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    One point of disagreement, about the last few people giving up hope. Not true, because if everyone gave up hope, no one would be buying. There were people - I was one, and I suspect there were many others - who not only did not sell anything during the crash, but cut other spending to the bone in order to buy more at bargain prices.
    – jamesqf
    Jan 16, 2015 at 22:29

First, I would like to use a better chart. In my opinion, a close of day line chart obscures a lot of important information. Here is a daily OHLC log chart:

enter image description here

The initial drop from the 1099.23 close on Oct 3 was to 839.8 intraday, to close at 899.22 on Oct 10. After this the market was still very volatile and reached a low of 747.78 on Nov 20, closing only slightly higher than this. It traded as high as 934.70 on Jan 6, 2009, but the whole period of Nov 24 - Feb 13 was somewhat of a trading range of roughly 800-900. Despite this, the news reports of the time were frequently saying things like "this isn't going to be a V shaped recovery, it is going to be U shaped." The roughly one week dip you see Feb 27 - Mar 9 taking it to an intraday low of 666.79 (only about 11% below the previous low) on first glance appears to be just a continuation of the previous trend. However...

The Mar 10 uptrend started with various news articles (such as this one) which I recall at the time suggested things like reinstating the parts of the Glass–Steagall Act of 1933 which had been repealed by the Gramm–Leach–Bliley Act. Although these attempts appear to have been unsuccessful, the widespread telegraphing of such attempts in the media seemed to have reversed a common notion which I saw widespread on forums and other places that, "we are going to be in this mess forever, the market has nowhere to go but down, and therefore shorting the market is a good idea now." I don't find the article itself, but one prominent theme was the "up-tick" rule on short selling:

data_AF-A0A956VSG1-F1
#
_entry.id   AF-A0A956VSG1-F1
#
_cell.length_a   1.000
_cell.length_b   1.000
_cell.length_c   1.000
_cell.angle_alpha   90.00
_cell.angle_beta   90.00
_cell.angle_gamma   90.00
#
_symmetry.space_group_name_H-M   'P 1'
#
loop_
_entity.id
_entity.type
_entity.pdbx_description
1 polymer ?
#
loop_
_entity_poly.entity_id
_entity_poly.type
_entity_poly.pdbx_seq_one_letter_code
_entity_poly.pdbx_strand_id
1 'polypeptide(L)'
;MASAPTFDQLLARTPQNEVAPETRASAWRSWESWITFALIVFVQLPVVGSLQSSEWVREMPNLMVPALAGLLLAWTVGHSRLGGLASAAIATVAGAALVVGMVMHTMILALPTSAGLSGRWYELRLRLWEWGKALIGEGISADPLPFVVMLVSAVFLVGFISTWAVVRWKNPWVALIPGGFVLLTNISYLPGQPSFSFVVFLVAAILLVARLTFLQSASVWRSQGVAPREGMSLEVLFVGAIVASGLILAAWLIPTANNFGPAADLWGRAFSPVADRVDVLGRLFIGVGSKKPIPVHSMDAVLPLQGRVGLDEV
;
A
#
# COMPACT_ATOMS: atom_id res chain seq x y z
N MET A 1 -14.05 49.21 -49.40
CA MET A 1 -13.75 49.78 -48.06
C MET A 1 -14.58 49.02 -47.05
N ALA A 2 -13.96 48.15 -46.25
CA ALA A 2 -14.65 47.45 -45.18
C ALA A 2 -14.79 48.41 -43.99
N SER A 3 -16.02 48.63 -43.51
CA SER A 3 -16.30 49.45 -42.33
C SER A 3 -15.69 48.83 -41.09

The SEC eliminated the rule on July 6, 2007, but in March of 2009, following a conversation with SEC Chair Mary Schapiro, Rep. Barney Frank of the House Financial Services Committee said that the rule could be restored.


From this viewpoint, then, that the last dip was driven not so much by a recognition that the economy was really in the toilet (as this really was discounted in the first drop and at least by late November had already been figured into the price). Instead, it was sort of the opposite of a market top, where now you started seeing individual investors jump on the band-wagon and decide that now was the time for a foray into selling (short). The fact that the up-tick rule was likely to be re-instated had a noticeable effect on halting the final slide.


Stock prices can drop for many reasons. It can be caused by poor earnings reports, poor earnings projections, national political news, geopolitical news, terrorism, change in Fed policy, proposed or actual legislative news, inflation fears, rumors, ad nauseum. Even in hindsight, it's impossible to determine the specific cause unless there's a singular momentous event like the destruction of the World Trade Towers on 9/11.

The simple reason why the stock market drops is that there are more shares offered for sale than buyers are willing to buy. In order to attract buyers, sellers have to keep lowering the price that they are offer in order to attract buyers.